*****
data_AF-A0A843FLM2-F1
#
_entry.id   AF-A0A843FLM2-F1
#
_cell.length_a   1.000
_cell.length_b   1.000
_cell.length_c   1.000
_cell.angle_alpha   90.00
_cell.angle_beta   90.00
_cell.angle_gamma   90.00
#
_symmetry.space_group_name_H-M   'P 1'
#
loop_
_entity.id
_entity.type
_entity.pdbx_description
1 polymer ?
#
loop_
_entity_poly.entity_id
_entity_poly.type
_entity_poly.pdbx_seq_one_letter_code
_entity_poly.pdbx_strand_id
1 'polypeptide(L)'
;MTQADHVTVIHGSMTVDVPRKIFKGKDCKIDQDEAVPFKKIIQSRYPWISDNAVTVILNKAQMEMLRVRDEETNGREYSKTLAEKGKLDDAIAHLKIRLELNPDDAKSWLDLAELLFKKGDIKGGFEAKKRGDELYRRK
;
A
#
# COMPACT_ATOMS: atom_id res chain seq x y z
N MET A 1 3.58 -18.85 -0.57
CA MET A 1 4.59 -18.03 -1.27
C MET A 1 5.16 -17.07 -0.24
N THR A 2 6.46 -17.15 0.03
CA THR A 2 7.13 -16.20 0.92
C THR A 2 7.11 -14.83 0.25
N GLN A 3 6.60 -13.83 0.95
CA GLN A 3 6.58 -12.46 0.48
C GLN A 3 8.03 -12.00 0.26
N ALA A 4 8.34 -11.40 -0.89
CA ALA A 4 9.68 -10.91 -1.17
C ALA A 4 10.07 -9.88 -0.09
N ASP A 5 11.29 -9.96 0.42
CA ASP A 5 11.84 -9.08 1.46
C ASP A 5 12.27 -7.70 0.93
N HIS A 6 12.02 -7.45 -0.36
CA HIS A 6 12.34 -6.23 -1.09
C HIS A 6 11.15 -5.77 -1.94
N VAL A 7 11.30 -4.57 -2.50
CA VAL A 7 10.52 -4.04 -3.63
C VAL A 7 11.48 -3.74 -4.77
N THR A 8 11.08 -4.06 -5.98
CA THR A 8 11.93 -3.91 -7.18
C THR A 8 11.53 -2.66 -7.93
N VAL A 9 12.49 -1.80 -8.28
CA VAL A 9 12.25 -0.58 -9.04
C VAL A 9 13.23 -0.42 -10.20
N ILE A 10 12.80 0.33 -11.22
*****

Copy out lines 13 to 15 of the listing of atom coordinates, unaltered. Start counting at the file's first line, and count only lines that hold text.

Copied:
#
loop_
_entity.id